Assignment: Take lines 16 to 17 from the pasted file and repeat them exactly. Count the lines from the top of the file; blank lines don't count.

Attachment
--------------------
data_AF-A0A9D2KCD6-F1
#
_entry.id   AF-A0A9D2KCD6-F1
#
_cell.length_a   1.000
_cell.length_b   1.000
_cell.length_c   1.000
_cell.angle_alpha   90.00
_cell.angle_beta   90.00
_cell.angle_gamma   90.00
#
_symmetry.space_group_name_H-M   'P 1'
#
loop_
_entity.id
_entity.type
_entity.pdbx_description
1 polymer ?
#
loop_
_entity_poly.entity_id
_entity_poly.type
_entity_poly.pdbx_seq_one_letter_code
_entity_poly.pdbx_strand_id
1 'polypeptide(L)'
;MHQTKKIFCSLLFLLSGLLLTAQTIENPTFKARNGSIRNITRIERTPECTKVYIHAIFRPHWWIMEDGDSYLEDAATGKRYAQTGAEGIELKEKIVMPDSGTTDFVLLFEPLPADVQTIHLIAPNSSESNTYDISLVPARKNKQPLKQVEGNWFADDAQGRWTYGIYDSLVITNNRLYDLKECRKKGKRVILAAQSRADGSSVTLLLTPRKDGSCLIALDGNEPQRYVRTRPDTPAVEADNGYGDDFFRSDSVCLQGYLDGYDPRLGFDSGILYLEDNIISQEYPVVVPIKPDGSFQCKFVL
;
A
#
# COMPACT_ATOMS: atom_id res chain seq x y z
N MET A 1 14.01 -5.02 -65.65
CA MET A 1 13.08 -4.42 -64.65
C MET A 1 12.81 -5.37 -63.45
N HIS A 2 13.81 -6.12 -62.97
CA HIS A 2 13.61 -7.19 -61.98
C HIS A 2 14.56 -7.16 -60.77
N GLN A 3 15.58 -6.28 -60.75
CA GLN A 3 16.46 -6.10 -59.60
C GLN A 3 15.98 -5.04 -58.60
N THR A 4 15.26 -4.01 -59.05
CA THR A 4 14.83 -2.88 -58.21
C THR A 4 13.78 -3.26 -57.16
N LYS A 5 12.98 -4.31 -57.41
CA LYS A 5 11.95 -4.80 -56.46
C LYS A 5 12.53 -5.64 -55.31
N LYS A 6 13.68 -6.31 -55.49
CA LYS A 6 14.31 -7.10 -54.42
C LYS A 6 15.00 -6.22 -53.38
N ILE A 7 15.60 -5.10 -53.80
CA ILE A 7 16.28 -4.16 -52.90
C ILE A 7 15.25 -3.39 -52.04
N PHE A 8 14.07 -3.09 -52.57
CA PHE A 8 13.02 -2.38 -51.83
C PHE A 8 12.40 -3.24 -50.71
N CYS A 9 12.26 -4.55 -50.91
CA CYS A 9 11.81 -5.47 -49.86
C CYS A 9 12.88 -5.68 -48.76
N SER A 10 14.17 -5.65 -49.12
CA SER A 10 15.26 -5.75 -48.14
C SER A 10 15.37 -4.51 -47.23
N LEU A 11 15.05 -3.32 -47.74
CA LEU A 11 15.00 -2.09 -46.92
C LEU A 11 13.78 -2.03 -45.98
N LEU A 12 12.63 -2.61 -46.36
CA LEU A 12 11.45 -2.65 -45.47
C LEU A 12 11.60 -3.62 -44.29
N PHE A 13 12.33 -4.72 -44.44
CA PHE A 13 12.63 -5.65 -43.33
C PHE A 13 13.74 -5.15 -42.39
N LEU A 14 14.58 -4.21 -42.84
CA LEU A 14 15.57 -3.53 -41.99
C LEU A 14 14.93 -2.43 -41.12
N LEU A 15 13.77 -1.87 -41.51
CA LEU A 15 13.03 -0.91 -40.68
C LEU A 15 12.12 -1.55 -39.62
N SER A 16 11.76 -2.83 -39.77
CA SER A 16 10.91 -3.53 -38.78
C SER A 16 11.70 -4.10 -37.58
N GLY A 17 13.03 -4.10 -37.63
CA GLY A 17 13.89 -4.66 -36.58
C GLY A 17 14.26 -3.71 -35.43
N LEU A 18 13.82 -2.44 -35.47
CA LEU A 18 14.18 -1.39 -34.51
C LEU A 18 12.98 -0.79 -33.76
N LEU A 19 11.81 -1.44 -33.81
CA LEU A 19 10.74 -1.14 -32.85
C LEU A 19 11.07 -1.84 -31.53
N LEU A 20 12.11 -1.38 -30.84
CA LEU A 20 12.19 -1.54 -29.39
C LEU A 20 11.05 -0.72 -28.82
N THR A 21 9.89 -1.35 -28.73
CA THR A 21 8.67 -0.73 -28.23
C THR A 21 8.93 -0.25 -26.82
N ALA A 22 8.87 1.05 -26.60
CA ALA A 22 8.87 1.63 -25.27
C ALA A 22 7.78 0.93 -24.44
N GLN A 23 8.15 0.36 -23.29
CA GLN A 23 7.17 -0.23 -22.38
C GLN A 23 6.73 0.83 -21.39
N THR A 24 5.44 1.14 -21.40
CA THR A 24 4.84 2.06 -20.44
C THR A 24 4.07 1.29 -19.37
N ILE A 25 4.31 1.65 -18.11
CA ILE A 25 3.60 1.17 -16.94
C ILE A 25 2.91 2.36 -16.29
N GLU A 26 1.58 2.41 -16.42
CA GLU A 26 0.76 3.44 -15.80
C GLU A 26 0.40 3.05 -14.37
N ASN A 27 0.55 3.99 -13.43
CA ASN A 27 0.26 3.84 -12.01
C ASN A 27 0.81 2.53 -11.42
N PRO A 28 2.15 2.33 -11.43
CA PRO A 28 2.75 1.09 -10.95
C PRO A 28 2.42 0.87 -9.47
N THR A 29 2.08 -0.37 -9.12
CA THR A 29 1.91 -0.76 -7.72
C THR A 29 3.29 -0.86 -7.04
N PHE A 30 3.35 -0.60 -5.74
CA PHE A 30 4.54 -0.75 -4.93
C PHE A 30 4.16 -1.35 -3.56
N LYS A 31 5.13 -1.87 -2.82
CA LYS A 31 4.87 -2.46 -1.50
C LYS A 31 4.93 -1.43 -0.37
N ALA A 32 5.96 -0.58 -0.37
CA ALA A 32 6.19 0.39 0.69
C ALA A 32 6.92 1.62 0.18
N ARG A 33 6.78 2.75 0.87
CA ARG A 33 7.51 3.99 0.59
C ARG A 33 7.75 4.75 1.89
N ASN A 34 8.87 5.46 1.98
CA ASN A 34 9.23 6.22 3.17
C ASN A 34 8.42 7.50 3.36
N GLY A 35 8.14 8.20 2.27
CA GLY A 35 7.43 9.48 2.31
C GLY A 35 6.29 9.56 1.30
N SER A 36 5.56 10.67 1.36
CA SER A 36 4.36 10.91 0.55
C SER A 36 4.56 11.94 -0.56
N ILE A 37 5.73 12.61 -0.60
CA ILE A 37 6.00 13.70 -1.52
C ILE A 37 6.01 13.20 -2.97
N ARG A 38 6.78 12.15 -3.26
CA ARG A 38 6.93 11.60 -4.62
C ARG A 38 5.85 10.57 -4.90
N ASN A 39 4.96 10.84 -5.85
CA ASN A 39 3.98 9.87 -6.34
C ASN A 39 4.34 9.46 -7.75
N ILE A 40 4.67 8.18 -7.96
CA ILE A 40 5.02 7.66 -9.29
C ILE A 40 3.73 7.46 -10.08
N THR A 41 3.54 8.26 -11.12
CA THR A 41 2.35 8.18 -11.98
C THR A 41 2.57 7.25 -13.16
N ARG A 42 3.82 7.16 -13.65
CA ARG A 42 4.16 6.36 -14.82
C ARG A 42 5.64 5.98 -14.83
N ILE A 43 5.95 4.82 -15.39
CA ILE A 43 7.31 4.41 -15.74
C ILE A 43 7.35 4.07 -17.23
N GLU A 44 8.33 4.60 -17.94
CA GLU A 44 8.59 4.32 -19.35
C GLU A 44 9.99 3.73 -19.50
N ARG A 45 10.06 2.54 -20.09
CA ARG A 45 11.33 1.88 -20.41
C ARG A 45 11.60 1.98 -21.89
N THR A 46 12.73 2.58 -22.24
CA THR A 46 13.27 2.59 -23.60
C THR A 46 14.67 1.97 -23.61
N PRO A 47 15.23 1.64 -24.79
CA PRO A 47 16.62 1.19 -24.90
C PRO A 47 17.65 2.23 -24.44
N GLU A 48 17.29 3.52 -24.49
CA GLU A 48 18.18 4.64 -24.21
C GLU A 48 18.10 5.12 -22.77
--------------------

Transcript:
_entity.type
_entity.pdbx_description